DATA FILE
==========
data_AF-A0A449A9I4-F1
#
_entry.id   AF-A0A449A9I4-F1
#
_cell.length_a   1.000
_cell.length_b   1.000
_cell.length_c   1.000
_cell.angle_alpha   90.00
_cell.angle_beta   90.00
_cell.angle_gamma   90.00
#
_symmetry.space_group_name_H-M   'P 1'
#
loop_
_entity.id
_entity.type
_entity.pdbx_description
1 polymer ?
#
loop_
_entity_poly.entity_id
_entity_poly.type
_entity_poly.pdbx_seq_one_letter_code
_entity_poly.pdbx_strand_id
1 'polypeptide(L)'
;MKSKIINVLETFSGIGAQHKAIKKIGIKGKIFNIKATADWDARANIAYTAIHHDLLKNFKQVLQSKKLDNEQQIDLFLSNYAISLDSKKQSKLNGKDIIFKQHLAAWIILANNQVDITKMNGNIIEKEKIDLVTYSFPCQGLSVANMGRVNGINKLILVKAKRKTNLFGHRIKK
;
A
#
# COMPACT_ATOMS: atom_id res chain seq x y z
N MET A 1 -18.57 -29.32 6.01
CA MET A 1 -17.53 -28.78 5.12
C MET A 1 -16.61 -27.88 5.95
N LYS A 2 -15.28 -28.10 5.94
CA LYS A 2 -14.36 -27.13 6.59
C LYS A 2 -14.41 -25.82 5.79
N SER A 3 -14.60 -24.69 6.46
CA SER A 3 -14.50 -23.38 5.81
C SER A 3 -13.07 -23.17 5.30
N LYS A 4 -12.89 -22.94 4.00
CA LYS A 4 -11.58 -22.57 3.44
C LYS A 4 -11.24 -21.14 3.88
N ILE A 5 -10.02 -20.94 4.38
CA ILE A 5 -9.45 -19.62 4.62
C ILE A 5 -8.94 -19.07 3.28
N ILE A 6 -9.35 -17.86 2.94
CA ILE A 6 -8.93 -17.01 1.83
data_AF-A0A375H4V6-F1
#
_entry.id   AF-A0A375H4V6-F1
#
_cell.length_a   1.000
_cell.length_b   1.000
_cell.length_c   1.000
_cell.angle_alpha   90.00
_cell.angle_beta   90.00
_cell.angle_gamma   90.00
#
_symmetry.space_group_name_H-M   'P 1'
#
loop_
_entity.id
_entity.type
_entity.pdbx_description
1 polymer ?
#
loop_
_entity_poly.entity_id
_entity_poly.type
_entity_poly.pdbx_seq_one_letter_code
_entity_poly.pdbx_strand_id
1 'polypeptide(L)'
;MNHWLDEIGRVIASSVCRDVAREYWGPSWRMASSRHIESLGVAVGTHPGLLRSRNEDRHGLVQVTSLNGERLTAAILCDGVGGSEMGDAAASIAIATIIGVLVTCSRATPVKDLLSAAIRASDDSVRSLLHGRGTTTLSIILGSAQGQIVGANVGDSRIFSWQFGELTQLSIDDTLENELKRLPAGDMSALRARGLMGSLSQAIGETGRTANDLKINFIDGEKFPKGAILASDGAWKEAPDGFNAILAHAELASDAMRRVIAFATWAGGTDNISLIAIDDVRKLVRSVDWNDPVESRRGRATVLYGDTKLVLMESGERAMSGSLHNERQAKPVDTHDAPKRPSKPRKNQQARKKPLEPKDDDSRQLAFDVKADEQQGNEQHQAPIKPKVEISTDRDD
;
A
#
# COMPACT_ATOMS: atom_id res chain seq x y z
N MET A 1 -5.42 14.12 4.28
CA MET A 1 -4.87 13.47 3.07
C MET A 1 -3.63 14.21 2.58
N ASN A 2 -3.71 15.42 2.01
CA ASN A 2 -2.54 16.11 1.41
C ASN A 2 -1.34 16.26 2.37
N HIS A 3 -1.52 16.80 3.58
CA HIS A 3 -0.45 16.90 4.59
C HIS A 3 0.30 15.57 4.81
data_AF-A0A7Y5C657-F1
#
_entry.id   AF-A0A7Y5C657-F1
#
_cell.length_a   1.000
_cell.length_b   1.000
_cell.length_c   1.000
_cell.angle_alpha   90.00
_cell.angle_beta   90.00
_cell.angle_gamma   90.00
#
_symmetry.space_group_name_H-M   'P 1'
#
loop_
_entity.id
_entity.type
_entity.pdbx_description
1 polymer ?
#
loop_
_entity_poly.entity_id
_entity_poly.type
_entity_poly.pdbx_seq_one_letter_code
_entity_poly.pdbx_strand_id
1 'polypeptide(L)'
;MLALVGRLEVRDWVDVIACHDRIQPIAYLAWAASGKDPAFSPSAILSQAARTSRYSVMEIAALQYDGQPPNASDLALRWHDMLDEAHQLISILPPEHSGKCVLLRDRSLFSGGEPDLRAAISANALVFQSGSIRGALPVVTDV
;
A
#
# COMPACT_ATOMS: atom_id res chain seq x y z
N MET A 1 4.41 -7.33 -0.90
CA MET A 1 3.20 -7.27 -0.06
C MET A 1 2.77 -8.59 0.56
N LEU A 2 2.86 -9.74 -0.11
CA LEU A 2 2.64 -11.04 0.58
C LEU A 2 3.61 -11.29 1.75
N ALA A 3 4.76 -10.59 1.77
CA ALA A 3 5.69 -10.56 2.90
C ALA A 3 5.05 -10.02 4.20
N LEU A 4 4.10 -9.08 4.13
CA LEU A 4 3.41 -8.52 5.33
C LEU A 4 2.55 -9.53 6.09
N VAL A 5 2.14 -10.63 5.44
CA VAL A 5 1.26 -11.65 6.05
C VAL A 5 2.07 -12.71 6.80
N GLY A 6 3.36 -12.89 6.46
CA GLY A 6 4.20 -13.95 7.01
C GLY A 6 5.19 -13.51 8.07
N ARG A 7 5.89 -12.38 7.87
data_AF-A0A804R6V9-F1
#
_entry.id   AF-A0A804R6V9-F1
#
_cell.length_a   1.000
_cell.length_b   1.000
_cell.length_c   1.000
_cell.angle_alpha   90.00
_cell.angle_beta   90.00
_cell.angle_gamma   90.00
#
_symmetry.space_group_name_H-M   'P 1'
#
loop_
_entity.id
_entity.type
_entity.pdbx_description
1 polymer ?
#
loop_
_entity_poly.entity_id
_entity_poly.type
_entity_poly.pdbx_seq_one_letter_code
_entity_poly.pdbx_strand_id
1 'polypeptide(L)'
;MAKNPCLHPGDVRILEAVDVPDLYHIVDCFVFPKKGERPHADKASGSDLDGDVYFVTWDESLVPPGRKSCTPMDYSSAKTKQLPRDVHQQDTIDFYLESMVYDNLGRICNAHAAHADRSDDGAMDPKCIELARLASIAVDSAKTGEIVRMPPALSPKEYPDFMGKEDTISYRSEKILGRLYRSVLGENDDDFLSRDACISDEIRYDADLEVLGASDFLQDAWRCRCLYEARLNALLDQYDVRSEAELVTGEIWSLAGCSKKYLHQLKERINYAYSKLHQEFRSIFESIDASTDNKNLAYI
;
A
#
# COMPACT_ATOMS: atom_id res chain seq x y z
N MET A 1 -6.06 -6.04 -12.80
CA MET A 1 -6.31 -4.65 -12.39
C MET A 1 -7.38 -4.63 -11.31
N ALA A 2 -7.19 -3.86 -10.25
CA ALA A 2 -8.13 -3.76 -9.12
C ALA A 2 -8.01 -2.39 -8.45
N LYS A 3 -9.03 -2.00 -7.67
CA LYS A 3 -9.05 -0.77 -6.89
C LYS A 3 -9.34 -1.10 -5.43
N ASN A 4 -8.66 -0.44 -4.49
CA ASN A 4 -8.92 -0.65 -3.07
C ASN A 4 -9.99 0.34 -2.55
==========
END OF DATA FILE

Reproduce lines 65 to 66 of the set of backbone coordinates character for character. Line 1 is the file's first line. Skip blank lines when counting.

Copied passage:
1 polymer ?
#